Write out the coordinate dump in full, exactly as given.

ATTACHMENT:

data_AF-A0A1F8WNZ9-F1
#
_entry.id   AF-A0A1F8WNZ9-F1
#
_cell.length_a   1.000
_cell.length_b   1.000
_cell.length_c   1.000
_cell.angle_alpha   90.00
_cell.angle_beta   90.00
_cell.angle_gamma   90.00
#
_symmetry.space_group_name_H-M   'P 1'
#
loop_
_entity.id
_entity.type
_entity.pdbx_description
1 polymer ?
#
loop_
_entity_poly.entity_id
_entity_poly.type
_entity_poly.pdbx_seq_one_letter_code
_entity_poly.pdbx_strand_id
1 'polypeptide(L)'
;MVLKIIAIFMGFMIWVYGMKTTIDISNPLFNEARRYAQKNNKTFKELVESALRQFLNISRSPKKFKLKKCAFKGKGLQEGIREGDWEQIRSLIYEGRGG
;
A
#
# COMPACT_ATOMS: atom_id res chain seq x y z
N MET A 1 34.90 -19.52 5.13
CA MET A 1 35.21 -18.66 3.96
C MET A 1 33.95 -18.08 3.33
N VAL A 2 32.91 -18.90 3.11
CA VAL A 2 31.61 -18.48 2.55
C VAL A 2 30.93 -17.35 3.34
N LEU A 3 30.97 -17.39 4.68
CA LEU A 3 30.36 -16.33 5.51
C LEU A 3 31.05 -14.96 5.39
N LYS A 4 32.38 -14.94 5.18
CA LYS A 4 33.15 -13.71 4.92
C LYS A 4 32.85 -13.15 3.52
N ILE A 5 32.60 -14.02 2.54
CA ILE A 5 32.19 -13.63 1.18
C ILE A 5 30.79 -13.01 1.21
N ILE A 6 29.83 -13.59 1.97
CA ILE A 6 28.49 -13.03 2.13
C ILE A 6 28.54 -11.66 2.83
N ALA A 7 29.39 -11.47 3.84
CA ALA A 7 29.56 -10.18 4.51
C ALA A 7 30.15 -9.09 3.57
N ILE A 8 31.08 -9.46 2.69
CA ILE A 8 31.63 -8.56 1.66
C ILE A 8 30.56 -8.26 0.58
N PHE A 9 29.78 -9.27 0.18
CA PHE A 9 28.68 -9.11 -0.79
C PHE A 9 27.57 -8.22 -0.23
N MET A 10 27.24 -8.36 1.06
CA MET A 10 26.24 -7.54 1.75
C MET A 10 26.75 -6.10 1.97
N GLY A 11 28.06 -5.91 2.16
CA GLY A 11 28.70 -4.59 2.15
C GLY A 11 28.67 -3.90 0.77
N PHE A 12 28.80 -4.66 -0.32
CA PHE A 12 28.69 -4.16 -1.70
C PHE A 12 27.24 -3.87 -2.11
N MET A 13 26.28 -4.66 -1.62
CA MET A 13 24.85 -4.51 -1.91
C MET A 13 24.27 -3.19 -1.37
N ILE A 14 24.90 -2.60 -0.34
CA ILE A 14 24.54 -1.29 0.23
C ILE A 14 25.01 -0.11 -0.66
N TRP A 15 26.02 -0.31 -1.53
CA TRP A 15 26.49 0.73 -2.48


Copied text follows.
data_AF-A0A1F8WNZ9-F1
#
_entry.id   AF-A0A1F8WNZ9-F1
#
_cell.length_a   1.000
_cell.length_b   1.000
_cell.length_c   1.000
_cell.angle_alpha   90.00
_cell.angle_beta   90.00
_cell.angle_gamma   90.00
#
_symmetry.space_group_name_H-M   'P 1'
#
loop_
_entity.id
_entity.type
_entity.pdbx_description
1 polymer ?
#
loop_
_entity_poly.entity_id
_entity_poly.type
_entity_poly.pdbx_seq_one_letter_code
_entity_poly.pdbx_strand_id
1 'polypeptide(L)'
;MVLKIIAIFMGFMIWVYGMKTTIDISNPLFNEARRYAQKNNKTFKELVESALRQFLNISRSPKKFKLKKCAFKGKGLQEGIREGDWEQIRSLIYEGRGG
;
A
#
# COMPACT_ATOMS: atom_id res chain seq x y z
N MET A 1 34.90 -19.52 5.13
CA MET A 1 35.21 -18.66 3.96
C MET A 1 33.95 -18.08 3.33
N VAL A 2 32.91 -18.90 3.11
CA VAL A 2 31.61 -18.48 2.55
C VAL A 2 30.93 -17.35 3.34
N LEU A 3 30.97 -17.39 4.68
CA LEU A 3 30.36 -16.33 5.51
C LEU A 3 31.05 -14.96 5.39
N LYS A 4 32.38 -14.94 5.18
CA LYS A 4 33.15 -13.71 4.92
C LYS A 4 32.85 -13.15 3.52
N ILE A 5 32.60 -14.02 2.54
CA ILE A 5 32.19 -13.63 1.18
C ILE A 5 30.79 -13.01 1.21
N ILE A 6 29.83 -13.59 1.97
CA ILE A 6 28.49 -13.03 2.13
C ILE A 6 28.54 -11.66 2.83
N ALA A 7 29.39 -11.47 3.84
CA ALA A 7 29.56 -10.18 4.51
C ALA A 7 30.15 -9.09 3.57
N ILE A 8 31.08 -9.46 2.69
CA ILE A 8 31.63 -8.56 1.66
C ILE A 8 30.56 -8.26 0.58
N PHE A 9 29.78 -9.27 0.18
CA PHE A 9 28.68 -9.11 -0.79
C PHE A 9 27.57 -8.22 -0.23
N MET A 10 27.24 -8.36 1.06
CA MET A 10 26.24 -7.54 1.75
C MET A 10 26.75 -6.10 1.97
N GLY A 11 28.06 -5.91 2.16
CA GLY A 11 28.70 -4.59 2.15
C GLY A 11 28.67 -3.90 0.77
N PHE A 12 28.80 -4.66 -0.32
CA PHE A 12 28.69 -4.16 -1.70
C PHE A 12 27.24 -3.87 -2.11
N MET A 13 26.28 -4.66 -1.62
CA MET A 13 24.85 -4.51 -1.91
C MET A 13 24.27 -3.19 -1.37
N ILE A 14 24.90 -2.60 -0.34
CA ILE A 14 24.54 -1.29 0.23
C ILE A 14 25.01 -0.11 -0.66
N TRP A 15 26.02 -0.31 -1.53
CA TRP A 15 26.49 0.73 -2.48